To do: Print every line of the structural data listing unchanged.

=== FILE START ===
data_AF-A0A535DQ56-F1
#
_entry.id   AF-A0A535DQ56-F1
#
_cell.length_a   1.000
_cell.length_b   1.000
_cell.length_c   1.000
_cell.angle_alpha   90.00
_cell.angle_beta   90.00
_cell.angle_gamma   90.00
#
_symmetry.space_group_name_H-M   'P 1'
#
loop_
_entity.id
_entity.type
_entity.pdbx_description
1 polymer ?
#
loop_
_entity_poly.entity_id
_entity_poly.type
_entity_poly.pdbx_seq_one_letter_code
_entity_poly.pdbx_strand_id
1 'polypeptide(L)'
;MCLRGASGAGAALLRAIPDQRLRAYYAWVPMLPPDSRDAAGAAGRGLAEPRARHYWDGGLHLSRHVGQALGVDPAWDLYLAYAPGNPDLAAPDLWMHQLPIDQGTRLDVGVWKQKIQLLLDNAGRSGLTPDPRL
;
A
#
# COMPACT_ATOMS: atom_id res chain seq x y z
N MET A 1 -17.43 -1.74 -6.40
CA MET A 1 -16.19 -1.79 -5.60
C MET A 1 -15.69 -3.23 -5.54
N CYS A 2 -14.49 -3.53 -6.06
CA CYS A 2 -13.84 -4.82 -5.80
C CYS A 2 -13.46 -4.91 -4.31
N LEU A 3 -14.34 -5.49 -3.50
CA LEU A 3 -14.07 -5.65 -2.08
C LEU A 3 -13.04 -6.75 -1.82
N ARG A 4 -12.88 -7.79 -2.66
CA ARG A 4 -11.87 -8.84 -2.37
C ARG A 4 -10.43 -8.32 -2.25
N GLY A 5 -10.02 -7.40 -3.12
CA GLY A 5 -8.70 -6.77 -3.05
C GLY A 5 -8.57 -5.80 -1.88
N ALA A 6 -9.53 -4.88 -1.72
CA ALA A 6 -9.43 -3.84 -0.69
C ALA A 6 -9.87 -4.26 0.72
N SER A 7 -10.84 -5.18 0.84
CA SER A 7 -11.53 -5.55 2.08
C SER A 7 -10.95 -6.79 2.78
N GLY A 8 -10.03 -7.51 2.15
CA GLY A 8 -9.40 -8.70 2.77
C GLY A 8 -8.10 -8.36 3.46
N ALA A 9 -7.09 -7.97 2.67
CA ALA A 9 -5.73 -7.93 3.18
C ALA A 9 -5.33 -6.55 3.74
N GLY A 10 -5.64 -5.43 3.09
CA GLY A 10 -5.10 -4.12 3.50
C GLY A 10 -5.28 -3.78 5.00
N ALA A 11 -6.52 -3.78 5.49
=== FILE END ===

data_AF-A0A535DQ56-F1
#
_entry.id   AF-A0A535DQ56-F1
#
_cell.length_a   1.000
_cell.length_b   1.000
_cell.length_c   1.000
_cell.angle_alpha   90.00
_cell.angle_beta   90.00
_cell.angle_gamma   90.00
#
_symmetry.space_group_name_H-M   'P 1'
#
loop_
_entity.id
_entity.type
_entity.pdbx_description
1 polymer ?
#
loop_
_entity_poly.entity_id
_entity_poly.type
_entity_poly.pdbx_seq_one_letter_code
_entity_poly.pdbx_strand_id
1 'polypeptide(L)'
;MCLRGASGAGAALLRAIPDQRLRAYYAWVPMLPPDSRDAAGAAGRGLAEPRARHYWDGGLHLSRHVGQALGVDPAWDLYLAYAPGNPDLAAPDLWMHQLPIDQGTRLDVGVWKQKIQLLLDNAGRSGLTPDPRL
;
A
#
# COMPACT_ATOMS: atom_id res chain seq x y z
N MET A 1 -17.43 -1.74 -6.40
CA MET A 1 -16.19 -1.79 -5.60
C MET A 1 -15.69 -3.23 -5.54
N CYS A 2 -14.49 -3.53 -6.06
CA CYS A 2 -13.84 -4.82 -5.80
C CYS A 2 -13.46 -4.91 -4.31
N LEU A 3 -14.34 -5.49 -3.50
CA LEU A 3 -14.07 -5.65 -2.08
C LEU A 3 -13.04 -6.75 -1.82
N ARG A 4 -12.88 -7.79 -2.66
CA ARG A 4 -11.87 -8.84 -2.37
C ARG A 4 -10.43 -8.32 -2.25
N GLY A 5 -10.02 -7.40 -3.12
CA GLY A 5 -8.70 -6.77 -3.05
C GLY A 5 -8.57 -5.80 -1.88
N ALA A 6 -9.53 -4.88 -1.72
CA ALA A 6 -9.43 -3.84 -0.69
C ALA A 6 -9.87 -4.26 0.72
N SER A 7 -10.84 -5.18 0.84
CA SER A 7 -11.53 -5.55 2.08
C SER A 7 -10.95 -6.79 2.78
N GLY A 8 -10.03 -7.51 2.15
CA GLY A 8 -9.40 -8.70 2.77
C GLY A 8 -8.10 -8.36 3.46
N ALA A 9 -7.09 -7.97 2.67
CA ALA A 9 -5.73 -7.93 3.18
C ALA A 9 -5.33 -6.55 3.74
N GLY A 10 -5.64 -5.43 3.09
CA GLY A 10 -5.10 -4.12 3.50
C GLY A 10 -5.28 -3.78 5.00
N ALA A 11 -6.52 -3.78 5.49